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  4. I think the “review when deleting” does cause a bias towards bad reviews. Maybe they need to prompt you for a good review sometime – like when you order an upgrade to an application, or something.

    Also, the Weekend Update phrase you’re looking for is “Really?”.

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  5. I thought I’d throw my thoughts in as an App developer. Actually I’ve just blogged about this very subject -

    http://chillix.wordpress.com/2008/12/09/some-thoughts-about-reviews/

    Gazoobee talks about ‘gaming’ the reviews. I think it’s only natural for a developers friends and family to give positive reviews to a new app especially if they’ve followed it’s development. In a lot of cases they’re eagerly awaiting the release of the app – what amazes me is how many apps don’t get any reviews at all! Don’t these developers have any friends?

    The two Michaels talk about the negative bias that the ‘review when deleting feature’ might cause and this is something that concerns me as well. It’s too easy to give a bad star rating – if you want to leave a positive rating you have to make a conscious decision to go to the App Store, log on, write a review… I’d love to see them implement a ‘this is the 10th time you used this app – you must really like it’ feature as well so that you can easily give positive ratings to the Apps you actually use all the time.

    Another irritation is that in many cases the review content and star ratings obviously don’t match – I’ve seen loads of ‘fantastic app, great value’ 1 star reviews. You don’t need that many 1 star reviews to start dragging your average down…

    My final point is that a lot of reviewers expect Apps to be able to do things that Apple just doesn’t permit – a couple of our Apps have come in for unfair criticism for not offering a feature that’s currently impossible to implement and that we’ve never claimed to do anyway – specifically Apps booting up automatically rather than having to be manually launched…

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  6. The ratings system may as well be designed to draw in harsh reviews. The only time you’re encouraged to rate an app is when you’re deleting in – probably not the way to get representative reviews from people who actually like the app. For those reviews that are left, there’s no way of telling when a review was left – how old it is or which version of the app it relates to – so, as the store gets older, more and more of the reviews are outdated, and the scores unrepresentative of the current version. This is both unfair on the developer, and unhelpful to the user.

    Frankly, the whole review system is plain shoddy.

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  7. I think we also have to keep in mind when talking of reviews that people are basically idiots 80% of the time. I know that sounds harsh, but anyone who’s lived more than a decade or so knows this is true. Most reviews will therefore be inane, off-topic etc.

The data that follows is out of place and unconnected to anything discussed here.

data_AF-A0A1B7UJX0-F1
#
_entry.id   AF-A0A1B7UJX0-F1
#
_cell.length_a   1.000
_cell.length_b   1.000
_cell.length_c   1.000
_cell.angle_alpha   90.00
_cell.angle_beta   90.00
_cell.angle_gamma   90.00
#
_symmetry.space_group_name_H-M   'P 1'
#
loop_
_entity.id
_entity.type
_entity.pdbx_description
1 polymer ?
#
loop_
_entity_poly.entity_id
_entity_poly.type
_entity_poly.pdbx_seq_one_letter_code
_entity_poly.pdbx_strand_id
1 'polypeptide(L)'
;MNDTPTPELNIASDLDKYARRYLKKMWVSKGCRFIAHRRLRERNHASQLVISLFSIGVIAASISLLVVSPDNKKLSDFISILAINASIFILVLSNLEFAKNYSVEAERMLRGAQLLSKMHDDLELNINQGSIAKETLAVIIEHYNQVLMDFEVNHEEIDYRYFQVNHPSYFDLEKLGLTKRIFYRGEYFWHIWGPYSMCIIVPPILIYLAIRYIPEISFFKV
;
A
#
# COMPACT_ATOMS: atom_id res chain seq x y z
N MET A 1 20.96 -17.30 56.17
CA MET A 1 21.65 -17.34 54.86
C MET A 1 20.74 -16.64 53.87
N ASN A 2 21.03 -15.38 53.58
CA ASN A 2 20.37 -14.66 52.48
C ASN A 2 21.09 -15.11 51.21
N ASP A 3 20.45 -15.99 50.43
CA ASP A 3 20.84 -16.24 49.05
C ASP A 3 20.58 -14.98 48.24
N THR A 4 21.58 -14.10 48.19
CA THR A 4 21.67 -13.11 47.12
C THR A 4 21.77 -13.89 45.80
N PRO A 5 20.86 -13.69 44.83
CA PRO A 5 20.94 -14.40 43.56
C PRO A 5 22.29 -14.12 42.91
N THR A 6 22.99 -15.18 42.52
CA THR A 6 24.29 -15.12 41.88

I don’t know exactly how (although I raised one possible tweak above), but the task has to be to somehow shuffle the idiotic, spiteful, empty reviews to the back of the queue while simultaneously promoting the “better” reviews.

    The standard process for this on most sites, and also used in the app store is that “did you find this review helpful” stuff, but that simply doesn’t go far enough. When you have fools voting on the relevancy (or not) of similarly foolish reviews you’re not going to get a useful result.

    As a footnote, I would argue that most people are not that critical and are generally enthused about something after they purchased it, so the majority of the reviews are actually skewed *positive* although very shallow in terms of reasoning or content. The slight skew to the negative when deleting an app seems to me to be a way of balancing the number of reviews written moments after downloading by someone who gives it a thumbs up even though they have hardly used the thing or tested it at all.

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  8. I didn’t have a problem with reviewing apps that hadn’t been purchased. I found Hahlo from the overpriced Twitterific’s reviews from someone who hadn’t bought it. There are tons of BS glowing reviews that are obviously fake.

    They should take everyone’s reviews and normalize them around 3 stars. That would avoid a lot of pumping of reviews.

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  9. THESE APPS ARE GOING TO MASSES OF PEOPLE FROM AGES OF 6 TO 80′S. WE HAVE A WIDE RANGE OF OPINIONS. MY 9 PAGES OF APPS IS COMPLETELY FULL PLUS I USE DELICIOUS AND THATS ANOTHER 300 OF WEB APPS. I FEEL THE SYSTEM WORKS, THE APP STORE IS FAR MORE THEN I EVER THOUGHT IT WOULD BE, IN THIS SHORT TIME. I HAVE BEEN SWAYED BY REVIEWS, MOST TIMES HAPPILY. ITS BECOME A HOBBY BUT NOW I MUST DELETE AN APP TO ADD ONE AND THATS VERY TOUGH. MOST APPS COST LESS THAN A DRINK AND THE USEFULNESS AND ENJOYMENT LASTS A LOT LONGER THAN THE DRINK. I USE THE APPS A LOT MORE THAN THE IPHONE, SO I CARRY MY LIFE IN MY POCKET, I USED TO HAVE TO CARRY A LARGE BREIF CASE, I’M HAPPIER THIS WAY, YES I KNOW ALL CAPS LIKE I’M TYPING, IS CONSIDERED SHOUTING!!! WELL, I AM SHOUTING, BE CONSTRUCTIVE!!!!!!!!!!!!!!

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  10. Since, we can not download demos of apps, it might be helpful to have a link to YouTubes review site videos in the description of the app by the developer. Granted, they can be biased. It is up to the viewer to sort this out.

    I also think the reviews should show the date they were written. This would be more useful to me than the sorting by latest reviews rather then most helpful?